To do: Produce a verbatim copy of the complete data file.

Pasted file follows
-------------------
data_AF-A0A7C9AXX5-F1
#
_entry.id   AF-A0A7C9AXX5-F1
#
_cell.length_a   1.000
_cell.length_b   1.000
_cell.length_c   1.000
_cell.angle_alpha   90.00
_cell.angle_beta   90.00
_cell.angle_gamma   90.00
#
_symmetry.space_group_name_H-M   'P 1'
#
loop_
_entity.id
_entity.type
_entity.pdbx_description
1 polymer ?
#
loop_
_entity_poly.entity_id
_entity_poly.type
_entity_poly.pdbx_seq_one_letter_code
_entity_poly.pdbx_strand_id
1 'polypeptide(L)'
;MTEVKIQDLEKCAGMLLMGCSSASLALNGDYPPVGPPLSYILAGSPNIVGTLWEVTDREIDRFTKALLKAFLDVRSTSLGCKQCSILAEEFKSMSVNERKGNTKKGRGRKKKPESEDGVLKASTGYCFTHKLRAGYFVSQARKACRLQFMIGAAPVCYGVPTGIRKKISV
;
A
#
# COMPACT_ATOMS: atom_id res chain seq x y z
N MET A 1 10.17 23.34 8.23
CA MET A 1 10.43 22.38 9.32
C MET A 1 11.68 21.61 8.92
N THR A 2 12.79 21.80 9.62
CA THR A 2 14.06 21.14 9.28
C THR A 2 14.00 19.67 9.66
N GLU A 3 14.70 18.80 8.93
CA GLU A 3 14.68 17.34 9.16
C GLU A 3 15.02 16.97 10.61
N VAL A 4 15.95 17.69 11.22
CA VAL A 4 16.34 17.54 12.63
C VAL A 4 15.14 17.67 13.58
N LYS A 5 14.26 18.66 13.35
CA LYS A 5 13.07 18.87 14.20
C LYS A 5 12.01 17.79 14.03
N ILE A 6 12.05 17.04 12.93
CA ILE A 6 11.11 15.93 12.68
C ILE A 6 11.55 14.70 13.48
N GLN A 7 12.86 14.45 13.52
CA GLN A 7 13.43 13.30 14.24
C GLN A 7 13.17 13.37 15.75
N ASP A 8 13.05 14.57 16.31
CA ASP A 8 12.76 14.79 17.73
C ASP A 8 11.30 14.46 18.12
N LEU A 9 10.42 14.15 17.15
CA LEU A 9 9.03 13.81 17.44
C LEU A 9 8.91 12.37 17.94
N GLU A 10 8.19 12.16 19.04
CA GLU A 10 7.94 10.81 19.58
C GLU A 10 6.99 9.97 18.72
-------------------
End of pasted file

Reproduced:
data_AF-A0A7C9AXX5-F1
#
_entry.id   AF-A0A7C9AXX5-F1
#
_cell.length_a   1.000
_cell.length_b   1.000
_cell.length_c   1.000
_cell.angle_alpha   90.00
_cell.angle_beta   90.00
_cell.angle_gamma   90.00
#
_symmetry.space_group_name_H-M   'P 1'
#
loop_
_entity.id
_entity.type
_entity.pdbx_description
1 polymer ?
#
loop_
_entity_poly.entity_id
_entity_poly.type
_entity_poly.pdbx_seq_one_letter_code
_entity_poly.pdbx_strand_id
1 'polypeptide(L)'
;MTEVKIQDLEKCAGMLLMGCSSASLALNGDYPPVGPPLSYILAGSPNIVGTLWEVTDREIDRFTKALLKAFLDVRSTSLGCKQCSILAEEFKSMSVNERKGNTKKGRGRKKKPESEDGVLKASTGYCFTHKLRAGYFVSQARKACRLQFMIGAAPVCYGVPTGIRKKISV
;
A
#
# COMPACT_ATOMS: atom_id res chain seq x y z
N MET A 1 10.17 23.34 8.23
CA MET A 1 10.43 22.38 9.32
C MET A 1 11.68 21.61 8.92
N THR A 2 12.79 21.80 9.62
CA THR A 2 14.06 21.14 9.28
C THR A 2 14.00 19.67 9.66
N GLU A 3 14.70 18.80 8.93
CA GLU A 3 14.68 17.34 9.16
C GLU A 3 15.02 16.97 10.61
N VAL A 4 15.95 17.69 11.22
CA VAL A 4 16.34 17.54 12.63
C VAL A 4 15.14 17.67 13.58
N LYS A 5 14.26 18.66 13.35
CA LYS A 5 13.07 18.87 14.20
C LYS A 5 12.01 17.79 14.03
N ILE A 6 12.05 17.04 12.93
CA ILE A 6 11.11 15.93 12.68
C ILE A 6 11.55 14.70 13.48
N GLN A 7 12.86 14.45 13.52
CA GLN A 7 13.43 13.30 14.24
C GLN A 7 13.17 13.37 15.75
N ASP A 8 13.05 14.57 16.31
CA ASP A 8 12.76 14.79 17.73
C ASP A 8 11.30 14.46 18.12
N LEU A 9 10.42 14.15 17.15
CA LEU A 9 9.03 13.81 17.44
C LEU A 9 8.91 12.37 17.94
N GLU A 10 8.19 12.16 19.04
CA GLU A 10 7.94 10.81 19.58
C GLU A 10 6.99 9.97 18.72